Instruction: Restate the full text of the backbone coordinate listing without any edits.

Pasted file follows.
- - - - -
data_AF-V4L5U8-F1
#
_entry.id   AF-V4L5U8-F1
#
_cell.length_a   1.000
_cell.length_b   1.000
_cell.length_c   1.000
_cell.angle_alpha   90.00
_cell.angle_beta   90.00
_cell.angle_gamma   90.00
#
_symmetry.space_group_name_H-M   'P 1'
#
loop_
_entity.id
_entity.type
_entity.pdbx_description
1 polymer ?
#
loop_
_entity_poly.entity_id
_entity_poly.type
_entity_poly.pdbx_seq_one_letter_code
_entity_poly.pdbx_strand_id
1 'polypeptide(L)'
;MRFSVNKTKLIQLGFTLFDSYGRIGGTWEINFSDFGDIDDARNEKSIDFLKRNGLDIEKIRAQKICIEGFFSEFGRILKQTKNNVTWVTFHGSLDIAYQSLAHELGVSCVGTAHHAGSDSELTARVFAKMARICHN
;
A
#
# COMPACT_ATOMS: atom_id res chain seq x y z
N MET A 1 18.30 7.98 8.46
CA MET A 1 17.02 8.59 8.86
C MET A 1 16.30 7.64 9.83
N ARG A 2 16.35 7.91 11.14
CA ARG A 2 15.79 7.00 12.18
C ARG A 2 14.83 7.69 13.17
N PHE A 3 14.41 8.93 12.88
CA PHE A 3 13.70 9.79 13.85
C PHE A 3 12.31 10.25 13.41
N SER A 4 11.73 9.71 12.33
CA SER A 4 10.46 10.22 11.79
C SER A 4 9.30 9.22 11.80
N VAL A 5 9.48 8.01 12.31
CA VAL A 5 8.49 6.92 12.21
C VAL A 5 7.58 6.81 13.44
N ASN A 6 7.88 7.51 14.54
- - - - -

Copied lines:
data_AF-V4L5U8-F1
#
_entry.id   AF-V4L5U8-F1
#
_cell.length_a   1.000
_cell.length_b   1.000
_cell.length_c   1.000
_cell.angle_alpha   90.00
_cell.angle_beta   90.00
_cell.angle_gamma   90.00
#
_symmetry.space_group_name_H-M   'P 1'
#
loop_
_entity.id
_entity.type
_entity.pdbx_description
1 polymer ?
#
loop_
_entity_poly.entity_id
_entity_poly.type
_entity_poly.pdbx_seq_one_letter_code
_entity_poly.pdbx_strand_id
1 'polypeptide(L)'
;MRFSVNKTKLIQLGFTLFDSYGRIGGTWEINFSDFGDIDDARNEKSIDFLKRNGLDIEKIRAQKICIEGFFSEFGRILKQTKNNVTWVTFHGSLDIAYQSLAHELGVSCVGTAHHAGSDSELTARVFAKMARICHN
;
A
#
# COMPACT_ATOMS: atom_id res chain seq x y z
N MET A 1 18.30 7.98 8.46
CA MET A 1 17.02 8.59 8.86
C MET A 1 16.30 7.64 9.83
N ARG A 2 16.35 7.91 11.14
CA ARG A 2 15.79 7.00 12.18
C ARG A 2 14.83 7.69 13.17
N PHE A 3 14.41 8.93 12.88
CA PHE A 3 13.70 9.79 13.85
C PHE A 3 12.31 10.25 13.41
N SER A 4 11.73 9.71 12.33
CA SER A 4 10.46 10.22 11.79
C SER A 4 9.30 9.22 11.80
N VAL A 5 9.48 8.01 12.31
CA VAL A 5 8.49 6.92 12.21
C VAL A 5 7.58 6.81 13.44
N ASN A 6 7.88 7.51 14.54